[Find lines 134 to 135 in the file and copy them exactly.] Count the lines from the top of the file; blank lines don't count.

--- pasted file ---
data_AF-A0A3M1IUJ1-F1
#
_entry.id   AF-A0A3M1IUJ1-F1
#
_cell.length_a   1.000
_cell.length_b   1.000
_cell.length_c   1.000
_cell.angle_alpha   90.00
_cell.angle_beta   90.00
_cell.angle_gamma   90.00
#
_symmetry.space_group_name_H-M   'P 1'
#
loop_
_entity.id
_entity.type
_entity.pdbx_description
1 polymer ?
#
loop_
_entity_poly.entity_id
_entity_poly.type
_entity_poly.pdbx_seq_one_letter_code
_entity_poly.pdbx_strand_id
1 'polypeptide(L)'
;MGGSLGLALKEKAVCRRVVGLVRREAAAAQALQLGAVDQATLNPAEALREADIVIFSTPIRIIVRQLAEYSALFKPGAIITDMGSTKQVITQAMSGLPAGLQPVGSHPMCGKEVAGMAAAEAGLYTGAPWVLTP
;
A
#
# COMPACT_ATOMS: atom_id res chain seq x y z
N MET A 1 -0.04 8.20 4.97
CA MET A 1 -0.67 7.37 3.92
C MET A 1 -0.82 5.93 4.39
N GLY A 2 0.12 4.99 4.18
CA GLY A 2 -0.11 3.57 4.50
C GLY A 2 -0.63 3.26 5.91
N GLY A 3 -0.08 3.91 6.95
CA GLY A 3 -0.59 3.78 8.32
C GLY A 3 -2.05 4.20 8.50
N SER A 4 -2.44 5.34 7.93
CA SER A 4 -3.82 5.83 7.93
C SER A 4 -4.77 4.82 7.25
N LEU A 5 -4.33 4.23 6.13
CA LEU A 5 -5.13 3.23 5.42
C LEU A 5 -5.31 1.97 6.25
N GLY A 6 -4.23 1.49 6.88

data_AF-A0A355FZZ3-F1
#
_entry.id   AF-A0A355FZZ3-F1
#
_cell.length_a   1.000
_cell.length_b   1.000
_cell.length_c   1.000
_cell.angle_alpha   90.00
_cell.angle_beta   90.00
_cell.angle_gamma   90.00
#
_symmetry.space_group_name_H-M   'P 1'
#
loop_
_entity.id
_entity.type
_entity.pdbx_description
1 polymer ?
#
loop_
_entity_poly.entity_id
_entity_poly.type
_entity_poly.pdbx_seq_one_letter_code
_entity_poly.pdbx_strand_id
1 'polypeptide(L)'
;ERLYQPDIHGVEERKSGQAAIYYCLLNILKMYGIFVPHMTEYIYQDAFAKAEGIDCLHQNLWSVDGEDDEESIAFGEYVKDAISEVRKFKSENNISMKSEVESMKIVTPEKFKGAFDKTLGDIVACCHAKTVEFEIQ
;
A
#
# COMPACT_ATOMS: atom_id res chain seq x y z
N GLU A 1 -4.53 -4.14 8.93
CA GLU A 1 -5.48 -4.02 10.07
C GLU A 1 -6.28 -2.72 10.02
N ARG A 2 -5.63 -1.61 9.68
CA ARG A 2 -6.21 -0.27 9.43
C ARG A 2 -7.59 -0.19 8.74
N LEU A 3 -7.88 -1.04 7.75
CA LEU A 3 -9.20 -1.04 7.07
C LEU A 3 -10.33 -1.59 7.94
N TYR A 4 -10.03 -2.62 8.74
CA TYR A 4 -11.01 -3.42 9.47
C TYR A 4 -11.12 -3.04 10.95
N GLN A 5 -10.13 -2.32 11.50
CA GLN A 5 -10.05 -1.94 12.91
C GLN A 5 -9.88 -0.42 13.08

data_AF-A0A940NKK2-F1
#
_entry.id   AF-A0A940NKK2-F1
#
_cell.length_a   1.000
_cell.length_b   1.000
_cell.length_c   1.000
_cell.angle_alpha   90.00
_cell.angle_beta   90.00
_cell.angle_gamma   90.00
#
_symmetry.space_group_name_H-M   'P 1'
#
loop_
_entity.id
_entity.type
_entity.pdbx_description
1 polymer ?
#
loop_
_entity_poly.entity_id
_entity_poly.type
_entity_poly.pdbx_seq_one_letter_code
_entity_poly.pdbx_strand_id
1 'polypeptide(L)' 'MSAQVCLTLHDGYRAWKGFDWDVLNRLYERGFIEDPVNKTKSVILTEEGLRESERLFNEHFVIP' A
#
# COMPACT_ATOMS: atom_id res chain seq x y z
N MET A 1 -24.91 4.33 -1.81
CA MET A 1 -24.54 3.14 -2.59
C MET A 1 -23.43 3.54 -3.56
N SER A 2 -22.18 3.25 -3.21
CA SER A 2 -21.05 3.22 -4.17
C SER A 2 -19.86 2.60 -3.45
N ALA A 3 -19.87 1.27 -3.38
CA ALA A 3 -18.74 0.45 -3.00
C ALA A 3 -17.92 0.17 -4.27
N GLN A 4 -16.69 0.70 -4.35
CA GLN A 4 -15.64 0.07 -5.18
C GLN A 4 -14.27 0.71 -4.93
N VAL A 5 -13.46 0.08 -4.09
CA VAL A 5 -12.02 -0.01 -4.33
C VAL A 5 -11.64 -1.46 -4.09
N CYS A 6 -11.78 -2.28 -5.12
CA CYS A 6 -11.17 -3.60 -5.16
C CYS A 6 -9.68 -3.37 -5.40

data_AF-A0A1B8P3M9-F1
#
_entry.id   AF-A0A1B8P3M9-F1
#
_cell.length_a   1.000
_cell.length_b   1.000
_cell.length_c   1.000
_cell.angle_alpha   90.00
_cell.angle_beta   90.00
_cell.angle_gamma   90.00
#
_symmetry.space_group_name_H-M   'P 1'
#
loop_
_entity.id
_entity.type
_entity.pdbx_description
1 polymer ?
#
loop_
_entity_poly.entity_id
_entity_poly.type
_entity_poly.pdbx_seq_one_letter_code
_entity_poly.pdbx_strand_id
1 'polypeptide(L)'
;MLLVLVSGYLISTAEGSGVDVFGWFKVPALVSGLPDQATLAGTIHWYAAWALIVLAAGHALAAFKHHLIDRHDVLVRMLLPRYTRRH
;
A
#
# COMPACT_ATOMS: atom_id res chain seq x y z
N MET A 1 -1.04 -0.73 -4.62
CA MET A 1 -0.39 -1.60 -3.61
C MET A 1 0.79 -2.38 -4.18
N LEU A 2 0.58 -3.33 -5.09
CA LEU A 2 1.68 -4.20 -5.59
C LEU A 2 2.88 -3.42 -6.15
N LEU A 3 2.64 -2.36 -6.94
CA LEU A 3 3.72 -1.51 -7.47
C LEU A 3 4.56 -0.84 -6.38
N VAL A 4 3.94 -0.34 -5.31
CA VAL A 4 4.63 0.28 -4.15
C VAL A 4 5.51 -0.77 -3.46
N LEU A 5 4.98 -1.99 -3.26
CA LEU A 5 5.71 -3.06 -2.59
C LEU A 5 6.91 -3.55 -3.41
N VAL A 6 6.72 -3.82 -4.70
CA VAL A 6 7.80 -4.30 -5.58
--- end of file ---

N CYS A 6 -11.78 -2.28 -5.12
CA CYS A 6 -11.17 -3.60 -5.16